Dear Dr. Darcy,
I feel like I can't get over one of my exes, even if we didn't have a conventional relationship. We started out as friends and eventually ended up dating (standard lesbian procedure, I guess.) Anyway, my ex was in the middle of having an affair with a married woman, while simultaneously seeing other people as well, and so she declared we would be "Friends With Benefits." It's true, I guess I knew what I was getting into, but I guess I always hoped that maybe her feelings would change and we'd become more.
The entire year that we dated was very hurtful, as she compared me to the other women consistently and repeatedly said she didn't have any romantic feelings for me. Every time I tried to break things off with her, we would go about a month without talking, then she would come back and apologize, etc. Then we'd end up sleeping together and then breaking things off over and over again. Finally, I couldn't take it anymore and blocked her on my phone, FB, everything, because I told her that I needed to be away from her so that I wouldn't like her anymore.
A few months have passed, I've stuck to my guns and have still had no contact with her, but I find myself just completely uninterested in anyone that I try to date. I've been on plenty of dates after her, hooked up with other people, but I always end up missing her and feeling sad that we weren't even able to salvage a friendship from the whole ordeal, even if she did also hurt my feelings by seeing so many other women.
What should I do?
Signed, No longer friends with zero benefits
Do you realize that waiting until there’s zero benefit to a relationship before you get out is like waiting until your stock is worthless before trying to sell it? Why do people do this? They do it when they feel that they can’t do any better. They decide that at least in the shitty relationship they aren’t alone. It’s a recipe, as you’ve seen, for reinforcing low self-esteem.
Listen, Zero Benefits, every time you break up with this woman, you’re given an opportunity to get it right; to stay away. And every time you allow yourself to get sucked back into the relationship, you fail the test and you consciously and willingly sign up for more of the same. People don’t change so easily. It either takes enormous time for someone to change or a sudden pattern interruption, like a trauma or hurling oneself into therapy. No ex girlfriend is ‘changing’ inside of a month or two without having undergone drastic measures. Stop deluding yourself into thinking that things will be different. For the purpose of this discussion, rest assured, she’s not changing in the timeframe that you need her to change. All we need to do is worry about you. So listen clearly:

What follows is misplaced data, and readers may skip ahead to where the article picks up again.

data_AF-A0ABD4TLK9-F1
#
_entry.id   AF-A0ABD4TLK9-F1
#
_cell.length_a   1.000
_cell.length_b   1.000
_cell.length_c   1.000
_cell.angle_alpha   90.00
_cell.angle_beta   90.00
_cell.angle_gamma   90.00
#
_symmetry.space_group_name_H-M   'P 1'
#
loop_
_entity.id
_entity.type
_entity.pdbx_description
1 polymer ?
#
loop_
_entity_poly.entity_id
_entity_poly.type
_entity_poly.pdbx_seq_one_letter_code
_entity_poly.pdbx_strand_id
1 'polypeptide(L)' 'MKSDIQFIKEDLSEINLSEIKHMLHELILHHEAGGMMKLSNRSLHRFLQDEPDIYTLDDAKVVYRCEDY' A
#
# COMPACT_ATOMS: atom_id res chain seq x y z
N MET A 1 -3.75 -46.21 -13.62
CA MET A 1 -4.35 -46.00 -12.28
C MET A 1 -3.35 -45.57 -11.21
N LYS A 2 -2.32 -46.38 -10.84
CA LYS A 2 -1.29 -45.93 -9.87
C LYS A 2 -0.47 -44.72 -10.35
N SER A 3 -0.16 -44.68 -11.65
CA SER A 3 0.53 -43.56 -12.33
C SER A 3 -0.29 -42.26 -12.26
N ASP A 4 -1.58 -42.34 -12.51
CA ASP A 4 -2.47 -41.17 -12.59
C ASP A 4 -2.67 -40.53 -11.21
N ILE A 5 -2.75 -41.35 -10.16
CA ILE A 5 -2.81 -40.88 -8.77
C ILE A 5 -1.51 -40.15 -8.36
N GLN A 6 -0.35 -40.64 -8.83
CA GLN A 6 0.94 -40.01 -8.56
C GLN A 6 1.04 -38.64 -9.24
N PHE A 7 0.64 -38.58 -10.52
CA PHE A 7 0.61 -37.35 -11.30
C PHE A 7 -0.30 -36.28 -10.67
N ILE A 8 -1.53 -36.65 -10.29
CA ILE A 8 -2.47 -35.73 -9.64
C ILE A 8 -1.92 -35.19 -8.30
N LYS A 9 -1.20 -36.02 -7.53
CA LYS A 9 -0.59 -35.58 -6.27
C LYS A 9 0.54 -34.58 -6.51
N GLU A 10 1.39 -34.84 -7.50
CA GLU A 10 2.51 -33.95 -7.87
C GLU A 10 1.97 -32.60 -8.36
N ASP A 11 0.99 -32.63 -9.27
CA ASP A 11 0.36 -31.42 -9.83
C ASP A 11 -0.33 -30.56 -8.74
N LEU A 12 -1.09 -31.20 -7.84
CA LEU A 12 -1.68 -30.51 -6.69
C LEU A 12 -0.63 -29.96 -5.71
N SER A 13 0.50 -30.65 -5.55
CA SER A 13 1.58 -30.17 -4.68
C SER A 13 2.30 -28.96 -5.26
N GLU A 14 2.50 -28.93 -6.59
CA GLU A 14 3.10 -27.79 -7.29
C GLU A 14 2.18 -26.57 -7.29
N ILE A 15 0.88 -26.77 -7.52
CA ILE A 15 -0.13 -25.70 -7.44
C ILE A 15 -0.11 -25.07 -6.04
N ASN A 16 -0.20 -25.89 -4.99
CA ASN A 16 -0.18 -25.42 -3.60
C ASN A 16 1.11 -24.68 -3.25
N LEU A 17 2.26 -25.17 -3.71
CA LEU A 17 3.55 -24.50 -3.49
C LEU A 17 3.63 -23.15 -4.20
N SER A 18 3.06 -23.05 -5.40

You consistently revert back to thoughts of this woman because your self-esteem is in the shitter. At some level, you believe that she’s all you deserve. What you consciously tell yourself may be different ~ you may say things like If she doesn’t change I’m never getting back with her but at your emotional core, which is to say unconsciously, you don’t mean it. Your emotional core is like water and it seeks it’s own level. You will be attracted to people and situations that reflect where you are in your own emotional evolution. Every person in your life is a reflection of where you are on your journey. So what do you do?
Stop relying on your feelings to guide you in life. Following your feelings got you into this mess. Feelings are not a reliable life compass. You can feel one way and choose to act in contradiction to how you’re feeling. Allow yourself to miss her. Mourn her. In fact, mourn all your feelings because I can promise you that the reaction you’re having to this breakup has little to do with her and a lot to do with your unresolved baggage. Be sad. And be without her. If you work on yourself during this time, you might be lucky enough to make new mistakes in future relationships instead of repeating the ones you didn’t learn this time around.
Writer’s stats: Female, Lesbian.